Out of the gate and into a protected wild space

Susan Simpson

Anticipation was high when the caravan of horse trailers pulled up to Wild Love Preserve in the high desert of central Idaho.

As the horses debarked, echoes of hooves on metal turned to gallops on green grasses with a melody of soft whinnies.

It was a long-awaited day for Wild Love founder Andrea Maki, a visual artist who has dedicated the last decade to protecting wild mustangs on their home turf in Idaho.

Photo provided by Wild Love Preserve

The 24 geldings that arrived that July day were the result of Maki’s work with the Idaho Bureau of Land Management’s Challis Herd Management Area.

As the horses finally bounded out of the trailers, Maki said she was both excited and immensely relieved.

“You can sense their trepidation turn to thrill as they realized this is freedom and they are greeted and welcomed by our existing wild horses,” Maki said.

As result of the 2012 and 2019 BLM roundups, Wild Love now has 164 Challis-Idaho wild horses living on their longtime leased 400-acres, while fundraising to acquire a permanent 10,000-acre Idaho wildlife preserve.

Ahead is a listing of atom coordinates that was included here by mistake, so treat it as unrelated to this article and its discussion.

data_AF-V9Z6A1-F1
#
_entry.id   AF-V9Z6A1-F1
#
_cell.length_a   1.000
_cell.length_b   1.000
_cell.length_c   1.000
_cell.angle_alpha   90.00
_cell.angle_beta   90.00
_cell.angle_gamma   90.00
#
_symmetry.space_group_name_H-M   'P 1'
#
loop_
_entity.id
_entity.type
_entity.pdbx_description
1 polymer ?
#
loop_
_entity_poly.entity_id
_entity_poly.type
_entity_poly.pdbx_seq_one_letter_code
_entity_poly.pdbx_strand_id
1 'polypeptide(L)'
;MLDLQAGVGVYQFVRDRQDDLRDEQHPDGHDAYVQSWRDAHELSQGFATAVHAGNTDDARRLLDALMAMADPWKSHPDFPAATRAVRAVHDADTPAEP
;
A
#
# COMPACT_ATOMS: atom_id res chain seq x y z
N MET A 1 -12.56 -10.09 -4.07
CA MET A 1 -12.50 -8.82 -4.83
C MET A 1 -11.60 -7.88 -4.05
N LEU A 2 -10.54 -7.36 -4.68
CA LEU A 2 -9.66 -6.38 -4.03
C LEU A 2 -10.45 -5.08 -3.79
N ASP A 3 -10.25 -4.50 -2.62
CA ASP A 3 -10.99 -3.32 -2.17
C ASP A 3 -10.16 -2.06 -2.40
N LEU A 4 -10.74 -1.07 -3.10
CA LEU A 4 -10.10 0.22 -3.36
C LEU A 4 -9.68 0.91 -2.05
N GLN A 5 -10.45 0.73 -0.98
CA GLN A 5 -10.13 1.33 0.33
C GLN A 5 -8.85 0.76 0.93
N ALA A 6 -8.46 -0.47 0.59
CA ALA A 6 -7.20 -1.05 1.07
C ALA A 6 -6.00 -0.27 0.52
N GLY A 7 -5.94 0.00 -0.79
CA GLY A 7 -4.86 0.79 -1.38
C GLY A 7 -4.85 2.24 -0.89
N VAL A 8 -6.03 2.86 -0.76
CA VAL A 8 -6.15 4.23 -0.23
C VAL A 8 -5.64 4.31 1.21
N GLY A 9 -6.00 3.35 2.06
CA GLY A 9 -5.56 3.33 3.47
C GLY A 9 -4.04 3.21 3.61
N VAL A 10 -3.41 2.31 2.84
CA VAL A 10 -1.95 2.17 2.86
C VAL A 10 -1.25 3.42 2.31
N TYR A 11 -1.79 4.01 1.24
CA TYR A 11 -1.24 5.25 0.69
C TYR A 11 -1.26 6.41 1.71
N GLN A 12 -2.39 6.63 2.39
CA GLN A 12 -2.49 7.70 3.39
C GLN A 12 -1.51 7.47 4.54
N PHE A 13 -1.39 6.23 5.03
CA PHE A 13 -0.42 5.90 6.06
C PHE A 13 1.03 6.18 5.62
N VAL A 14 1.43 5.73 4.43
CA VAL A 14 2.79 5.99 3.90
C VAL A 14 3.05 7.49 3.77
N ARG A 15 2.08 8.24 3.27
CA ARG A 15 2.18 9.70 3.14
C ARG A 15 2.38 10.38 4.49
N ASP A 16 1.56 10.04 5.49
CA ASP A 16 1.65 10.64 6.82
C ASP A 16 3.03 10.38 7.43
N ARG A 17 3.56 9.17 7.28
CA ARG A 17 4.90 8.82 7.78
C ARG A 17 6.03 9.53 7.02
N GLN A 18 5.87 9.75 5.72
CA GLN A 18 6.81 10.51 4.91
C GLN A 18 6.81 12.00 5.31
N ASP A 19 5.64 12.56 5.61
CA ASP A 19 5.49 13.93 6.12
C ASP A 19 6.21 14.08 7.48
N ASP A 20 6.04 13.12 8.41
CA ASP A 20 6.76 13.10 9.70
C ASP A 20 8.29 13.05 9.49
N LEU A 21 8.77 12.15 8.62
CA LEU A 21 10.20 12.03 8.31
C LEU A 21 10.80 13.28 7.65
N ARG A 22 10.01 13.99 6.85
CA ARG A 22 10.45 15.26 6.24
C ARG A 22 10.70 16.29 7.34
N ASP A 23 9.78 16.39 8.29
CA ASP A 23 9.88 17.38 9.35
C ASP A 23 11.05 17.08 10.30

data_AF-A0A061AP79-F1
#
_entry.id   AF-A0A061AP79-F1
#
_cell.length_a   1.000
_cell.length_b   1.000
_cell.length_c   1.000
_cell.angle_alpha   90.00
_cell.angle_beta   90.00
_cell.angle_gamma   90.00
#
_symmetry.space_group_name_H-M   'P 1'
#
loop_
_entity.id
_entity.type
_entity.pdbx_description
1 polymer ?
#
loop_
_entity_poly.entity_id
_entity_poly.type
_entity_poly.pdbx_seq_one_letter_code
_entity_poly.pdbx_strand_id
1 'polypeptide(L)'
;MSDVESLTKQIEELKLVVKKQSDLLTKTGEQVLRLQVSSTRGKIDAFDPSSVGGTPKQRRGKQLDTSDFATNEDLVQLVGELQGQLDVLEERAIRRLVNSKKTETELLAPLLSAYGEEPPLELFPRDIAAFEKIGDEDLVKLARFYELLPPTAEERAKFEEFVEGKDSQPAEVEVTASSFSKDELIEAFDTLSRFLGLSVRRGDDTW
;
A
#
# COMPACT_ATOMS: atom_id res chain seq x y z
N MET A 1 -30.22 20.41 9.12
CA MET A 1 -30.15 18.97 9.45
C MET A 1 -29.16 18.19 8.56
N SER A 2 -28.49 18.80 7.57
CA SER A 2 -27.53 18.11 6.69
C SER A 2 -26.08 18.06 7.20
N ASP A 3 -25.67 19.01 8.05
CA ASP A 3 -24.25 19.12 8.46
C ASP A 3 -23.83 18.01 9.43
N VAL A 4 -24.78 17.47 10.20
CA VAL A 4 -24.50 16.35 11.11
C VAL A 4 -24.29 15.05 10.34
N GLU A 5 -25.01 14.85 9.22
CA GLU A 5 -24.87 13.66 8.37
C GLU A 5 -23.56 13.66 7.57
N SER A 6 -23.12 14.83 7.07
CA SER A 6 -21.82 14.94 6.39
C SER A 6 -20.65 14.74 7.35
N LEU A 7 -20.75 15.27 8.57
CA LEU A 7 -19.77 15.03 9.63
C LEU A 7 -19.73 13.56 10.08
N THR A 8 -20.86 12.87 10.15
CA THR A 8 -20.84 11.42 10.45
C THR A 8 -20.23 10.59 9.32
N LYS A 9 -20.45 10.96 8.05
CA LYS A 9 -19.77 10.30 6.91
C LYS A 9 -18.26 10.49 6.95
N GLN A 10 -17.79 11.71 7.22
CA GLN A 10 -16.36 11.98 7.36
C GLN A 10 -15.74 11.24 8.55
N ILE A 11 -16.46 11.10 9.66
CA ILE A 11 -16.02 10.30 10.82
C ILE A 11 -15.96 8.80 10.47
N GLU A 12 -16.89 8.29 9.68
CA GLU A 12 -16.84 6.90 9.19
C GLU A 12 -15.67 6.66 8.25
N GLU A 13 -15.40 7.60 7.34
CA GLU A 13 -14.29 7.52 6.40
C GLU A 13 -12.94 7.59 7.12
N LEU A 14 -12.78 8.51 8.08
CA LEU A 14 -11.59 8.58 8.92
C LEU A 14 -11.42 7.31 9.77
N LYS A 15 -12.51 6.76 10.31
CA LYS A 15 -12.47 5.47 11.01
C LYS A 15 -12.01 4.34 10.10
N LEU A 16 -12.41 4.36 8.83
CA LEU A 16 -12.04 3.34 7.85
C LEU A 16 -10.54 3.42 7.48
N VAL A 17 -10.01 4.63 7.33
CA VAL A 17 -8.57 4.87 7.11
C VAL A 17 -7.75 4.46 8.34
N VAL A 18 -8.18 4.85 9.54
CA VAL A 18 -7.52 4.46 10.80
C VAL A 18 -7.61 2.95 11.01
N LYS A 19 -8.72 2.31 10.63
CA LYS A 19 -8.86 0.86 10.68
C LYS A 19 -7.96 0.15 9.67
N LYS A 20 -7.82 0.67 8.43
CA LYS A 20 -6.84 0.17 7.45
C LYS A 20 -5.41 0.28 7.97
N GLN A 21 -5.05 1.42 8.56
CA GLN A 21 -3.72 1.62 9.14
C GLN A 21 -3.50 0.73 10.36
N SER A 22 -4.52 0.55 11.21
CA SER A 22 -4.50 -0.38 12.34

The BLM’s Challis herd is comprised of hardy stock that are generally larger than most wild horses that live in rugged, steep mountainous regions.

“Generally, a wild horse herd can double in size on the range every four years – triggering the need for BLM to gather the wild horses,” said Heather Tiel-Nelson, a public affairs specialist for the BLM. “The collaboration and fertility control efforts of Wild Love Preserve have contributed to extending the time between gathers.”

Williams has provided several grants in recent years to Wild Love Preserve. The funding has helped with operations while Maki continues to collaborate with ranchers, animal activists and government agencies.

“We are really proud of the partnership we have with Andrea,” said Tiel-Nelson. “She’s sacrificed a lot for her love for the wild horses in Challis.”